“Sometimes it feels like there’s no way out” sings Little Star’s Dan Byers on ‘Yamaguchi’, and while this sense of futility carries through this self-titled effort, it’s a disarming moment in an album that is bruised and honest in equal measure.
For the most part, ‘Little Star’ is a gorgeously arranged, low-key and lo-fi album, punctured by moments of irreverent frustration (‘Calming Ritual #2’) and flashes of anger and frustration that boil over as unfettered howls and jazzy freak-outs. At first it makes for a challenging listen; tortured and obstinate but driven by personality and a clear sense of self.
It’s made all the more confusing by the way in which Little Star make music that is subtly infectious and breezily unhurried, but simultaneously spiky and ragged. For example, ‘Linda Blair’ fizzes with post-punk attitude, offset by some clear and obvious indie-pop hooks, Byers coming off like of Montreal’s Kevin Barnes.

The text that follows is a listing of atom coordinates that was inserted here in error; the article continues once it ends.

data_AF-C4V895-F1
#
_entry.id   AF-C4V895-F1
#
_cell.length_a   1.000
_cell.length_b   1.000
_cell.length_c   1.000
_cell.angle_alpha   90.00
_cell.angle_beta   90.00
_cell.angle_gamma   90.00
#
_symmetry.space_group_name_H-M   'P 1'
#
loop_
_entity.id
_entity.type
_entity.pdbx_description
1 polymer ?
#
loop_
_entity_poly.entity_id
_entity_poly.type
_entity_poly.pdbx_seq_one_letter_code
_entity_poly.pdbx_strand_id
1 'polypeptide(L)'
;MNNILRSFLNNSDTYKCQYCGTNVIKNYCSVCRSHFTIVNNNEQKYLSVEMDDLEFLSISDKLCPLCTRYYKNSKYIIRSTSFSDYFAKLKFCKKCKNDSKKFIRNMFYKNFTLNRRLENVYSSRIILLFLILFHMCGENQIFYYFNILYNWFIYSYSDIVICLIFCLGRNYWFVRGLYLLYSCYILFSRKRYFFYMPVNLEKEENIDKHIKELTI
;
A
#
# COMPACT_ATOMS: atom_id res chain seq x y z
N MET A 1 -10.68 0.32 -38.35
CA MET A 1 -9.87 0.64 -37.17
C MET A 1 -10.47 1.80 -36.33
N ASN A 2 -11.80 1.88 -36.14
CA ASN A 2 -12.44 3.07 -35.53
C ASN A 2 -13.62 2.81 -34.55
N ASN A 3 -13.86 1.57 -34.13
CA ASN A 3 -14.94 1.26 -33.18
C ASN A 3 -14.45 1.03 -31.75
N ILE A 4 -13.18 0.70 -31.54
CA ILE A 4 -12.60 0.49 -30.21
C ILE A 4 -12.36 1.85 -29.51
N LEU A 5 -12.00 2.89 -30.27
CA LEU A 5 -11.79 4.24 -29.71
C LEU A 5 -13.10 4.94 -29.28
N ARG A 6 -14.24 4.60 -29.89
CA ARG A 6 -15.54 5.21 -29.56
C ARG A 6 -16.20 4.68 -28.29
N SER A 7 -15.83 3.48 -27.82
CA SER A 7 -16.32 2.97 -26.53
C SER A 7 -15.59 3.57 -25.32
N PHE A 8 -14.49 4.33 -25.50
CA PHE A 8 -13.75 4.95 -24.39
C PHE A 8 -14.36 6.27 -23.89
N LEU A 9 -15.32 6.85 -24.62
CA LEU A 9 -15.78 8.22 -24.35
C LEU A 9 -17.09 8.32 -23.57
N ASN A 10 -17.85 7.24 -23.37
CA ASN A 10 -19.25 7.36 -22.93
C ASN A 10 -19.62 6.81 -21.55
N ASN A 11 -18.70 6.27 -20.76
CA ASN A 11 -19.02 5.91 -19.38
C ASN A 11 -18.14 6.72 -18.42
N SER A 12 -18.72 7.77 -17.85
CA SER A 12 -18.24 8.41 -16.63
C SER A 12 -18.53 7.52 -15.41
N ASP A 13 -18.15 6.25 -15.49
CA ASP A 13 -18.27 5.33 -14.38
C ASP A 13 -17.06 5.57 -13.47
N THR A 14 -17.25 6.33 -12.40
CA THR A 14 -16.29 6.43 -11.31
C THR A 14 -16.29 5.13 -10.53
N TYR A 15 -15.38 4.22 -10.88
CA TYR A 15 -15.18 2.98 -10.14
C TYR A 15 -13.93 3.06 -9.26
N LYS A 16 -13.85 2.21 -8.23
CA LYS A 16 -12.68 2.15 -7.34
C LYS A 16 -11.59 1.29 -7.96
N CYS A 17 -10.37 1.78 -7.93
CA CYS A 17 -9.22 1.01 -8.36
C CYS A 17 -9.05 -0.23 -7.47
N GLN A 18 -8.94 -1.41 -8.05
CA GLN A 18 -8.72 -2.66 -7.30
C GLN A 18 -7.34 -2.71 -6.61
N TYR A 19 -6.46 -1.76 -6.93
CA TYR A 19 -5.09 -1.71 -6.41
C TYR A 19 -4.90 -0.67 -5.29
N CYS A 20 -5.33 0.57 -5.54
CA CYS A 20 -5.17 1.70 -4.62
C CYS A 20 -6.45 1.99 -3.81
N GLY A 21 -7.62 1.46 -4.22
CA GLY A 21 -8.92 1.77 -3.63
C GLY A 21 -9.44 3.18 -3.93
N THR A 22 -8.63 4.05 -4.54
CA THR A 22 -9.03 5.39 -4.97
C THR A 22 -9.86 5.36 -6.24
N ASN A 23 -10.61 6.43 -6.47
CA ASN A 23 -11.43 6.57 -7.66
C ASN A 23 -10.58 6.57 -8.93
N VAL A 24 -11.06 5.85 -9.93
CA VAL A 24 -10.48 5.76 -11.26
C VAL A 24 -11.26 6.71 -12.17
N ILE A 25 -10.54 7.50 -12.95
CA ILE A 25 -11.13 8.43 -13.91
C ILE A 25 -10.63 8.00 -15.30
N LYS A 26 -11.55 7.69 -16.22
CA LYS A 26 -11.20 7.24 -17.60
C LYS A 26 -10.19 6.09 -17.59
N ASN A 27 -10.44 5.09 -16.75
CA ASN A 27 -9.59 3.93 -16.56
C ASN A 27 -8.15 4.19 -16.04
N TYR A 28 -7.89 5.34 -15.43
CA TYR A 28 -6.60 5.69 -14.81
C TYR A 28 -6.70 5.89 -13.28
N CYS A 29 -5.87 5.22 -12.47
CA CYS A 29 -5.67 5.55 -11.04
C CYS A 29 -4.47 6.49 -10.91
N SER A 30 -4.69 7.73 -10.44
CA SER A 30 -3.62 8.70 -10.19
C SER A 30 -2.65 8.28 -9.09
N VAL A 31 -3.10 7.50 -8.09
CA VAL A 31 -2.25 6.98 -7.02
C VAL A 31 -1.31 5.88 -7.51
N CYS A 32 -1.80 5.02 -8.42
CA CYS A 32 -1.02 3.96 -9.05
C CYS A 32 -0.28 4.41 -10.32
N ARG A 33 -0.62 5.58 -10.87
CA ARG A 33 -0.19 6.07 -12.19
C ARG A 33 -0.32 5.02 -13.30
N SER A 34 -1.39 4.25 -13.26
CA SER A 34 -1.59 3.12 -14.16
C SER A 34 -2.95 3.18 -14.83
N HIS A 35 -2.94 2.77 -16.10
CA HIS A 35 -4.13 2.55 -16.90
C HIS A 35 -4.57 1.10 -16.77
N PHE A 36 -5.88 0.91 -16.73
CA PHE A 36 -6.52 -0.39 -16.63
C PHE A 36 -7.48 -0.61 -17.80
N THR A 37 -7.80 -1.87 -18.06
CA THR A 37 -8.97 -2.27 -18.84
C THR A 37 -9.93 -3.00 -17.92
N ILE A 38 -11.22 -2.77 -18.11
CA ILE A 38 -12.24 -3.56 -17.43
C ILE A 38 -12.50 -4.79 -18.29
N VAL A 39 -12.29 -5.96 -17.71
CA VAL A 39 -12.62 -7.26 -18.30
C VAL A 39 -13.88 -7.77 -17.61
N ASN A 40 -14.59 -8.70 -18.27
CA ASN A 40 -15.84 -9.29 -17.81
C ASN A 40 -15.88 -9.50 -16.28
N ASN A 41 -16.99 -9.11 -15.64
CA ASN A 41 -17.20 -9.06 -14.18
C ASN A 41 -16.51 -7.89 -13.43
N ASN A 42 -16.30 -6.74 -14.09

For some, such a blurring of boundaries and unfocussed nature will surely be too much. But then Little Star don’t seem to be ones for writing easy hits, and this testing nature works well alongside the sombre subject matter.
Yet for all this, ‘Little Star’ does reward patience. Indeed, when they put all the pieces together it makes for thrilling music, coupling lyrical insight with music that feels like the same calm found in the eye of a hurricane. It works best on the pulsating ‘Improv’ and ‘Annacortes’, where it feels like Little Star are falling apart at the seams.
Music should be uncompromising; a distillation of ideas from the protagonists that rings true to their ideals and ideas. ‘Little Star’ is unflinching in its honesty and for that Dan Byers and Julian Morris should be applauded – even if the end result might be too raw for many to stomach.
‘Little Star’ by Little Star is out now on Good Cheer Records.
Words by Rob Mair (@BobNightMair)